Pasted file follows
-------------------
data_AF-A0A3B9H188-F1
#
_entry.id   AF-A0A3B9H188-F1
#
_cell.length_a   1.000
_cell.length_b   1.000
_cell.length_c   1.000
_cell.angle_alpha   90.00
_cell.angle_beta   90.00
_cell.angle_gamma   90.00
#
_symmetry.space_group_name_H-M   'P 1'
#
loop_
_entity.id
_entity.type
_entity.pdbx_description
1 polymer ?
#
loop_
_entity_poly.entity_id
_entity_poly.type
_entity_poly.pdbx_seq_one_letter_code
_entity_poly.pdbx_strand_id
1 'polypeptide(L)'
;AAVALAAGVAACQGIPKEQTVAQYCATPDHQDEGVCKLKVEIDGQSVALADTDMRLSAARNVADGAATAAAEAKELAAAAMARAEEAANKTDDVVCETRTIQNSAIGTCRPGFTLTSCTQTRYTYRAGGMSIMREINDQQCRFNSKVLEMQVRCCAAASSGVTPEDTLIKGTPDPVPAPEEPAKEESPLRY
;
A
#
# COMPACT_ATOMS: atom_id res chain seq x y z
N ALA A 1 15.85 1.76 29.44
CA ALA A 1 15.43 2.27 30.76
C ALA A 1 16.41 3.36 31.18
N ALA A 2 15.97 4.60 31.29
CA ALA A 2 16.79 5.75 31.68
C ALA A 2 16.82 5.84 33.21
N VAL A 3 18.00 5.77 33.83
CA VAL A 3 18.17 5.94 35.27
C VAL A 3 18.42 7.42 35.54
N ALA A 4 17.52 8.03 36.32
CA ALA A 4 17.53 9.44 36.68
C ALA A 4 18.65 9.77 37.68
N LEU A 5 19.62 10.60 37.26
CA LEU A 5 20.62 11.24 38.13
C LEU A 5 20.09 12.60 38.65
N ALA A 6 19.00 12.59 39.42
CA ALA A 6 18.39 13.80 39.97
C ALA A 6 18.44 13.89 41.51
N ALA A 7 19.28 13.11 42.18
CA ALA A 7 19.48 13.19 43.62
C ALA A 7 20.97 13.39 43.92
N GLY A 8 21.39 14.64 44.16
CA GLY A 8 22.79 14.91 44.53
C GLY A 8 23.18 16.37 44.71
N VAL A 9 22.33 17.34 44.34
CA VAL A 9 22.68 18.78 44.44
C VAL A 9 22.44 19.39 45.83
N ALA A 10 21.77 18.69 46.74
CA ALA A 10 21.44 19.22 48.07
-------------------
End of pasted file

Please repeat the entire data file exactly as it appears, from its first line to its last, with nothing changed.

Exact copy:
data_AF-A0A3B9H188-F1
#
_entry.id   AF-A0A3B9H188-F1
#
_cell.length_a   1.000
_cell.length_b   1.000
_cell.length_c   1.000
_cell.angle_alpha   90.00
_cell.angle_beta   90.00
_cell.angle_gamma   90.00
#
_symmetry.space_group_name_H-M   'P 1'
#
loop_
_entity.id
_entity.type
_entity.pdbx_description
1 polymer ?
#
loop_
_entity_poly.entity_id
_entity_poly.type
_entity_poly.pdbx_seq_one_letter_code
_entity_poly.pdbx_strand_id
1 'polypeptide(L)'
;AAVALAAGVAACQGIPKEQTVAQYCATPDHQDEGVCKLKVEIDGQSVALADTDMRLSAARNVADGAATAAAEAKELAAAAMARAEEAANKTDDVVCETRTIQNSAIGTCRPGFTLTSCTQTRYTYRAGGMSIMREINDQQCRFNSKVLEMQVRCCAAASSGVTPEDTLIKGTPDPVPAPEEPAKEESPLRY
;
A
#
# COMPACT_ATOMS: atom_id res chain seq x y z
N ALA A 1 15.85 1.76 29.44
CA ALA A 1 15.43 2.27 30.76
C ALA A 1 16.41 3.36 31.18
N ALA A 2 15.97 4.60 31.29
CA ALA A 2 16.79 5.75 31.68
C ALA A 2 16.82 5.84 33.21
N VAL A 3 18.00 5.77 33.83
CA VAL A 3 18.17 5.94 35.27
C VAL A 3 18.42 7.42 35.54
N ALA A 4 17.52 8.03 36.32
CA ALA A 4 17.53 9.44 36.68
C ALA A 4 18.65 9.77 37.68
N LEU A 5 19.62 10.60 37.26
CA LEU A 5 20.62 11.24 38.13
C LEU A 5 20.09 12.60 38.65
N ALA A 6 19.00 12.59 39.42
CA ALA A 6 18.39 13.80 39.97
C ALA A 6 18.44 13.89 41.51
N ALA A 7 19.28 13.11 42.18
CA ALA A 7 19.48 13.19 43.62
C ALA A 7 20.97 13.39 43.92
N GLY A 8 21.39 14.64 44.16
CA GLY A 8 22.79 14.91 44.53
C GLY A 8 23.18 16.37 44.71
N VAL A 9 22.33 17.34 44.34
CA VAL A 9 22.68 18.78 44.44
C VAL A 9 22.44 19.39 45.83
N ALA A 10 21.77 18.69 46.74
CA ALA A 10 21.44 19.22 48.07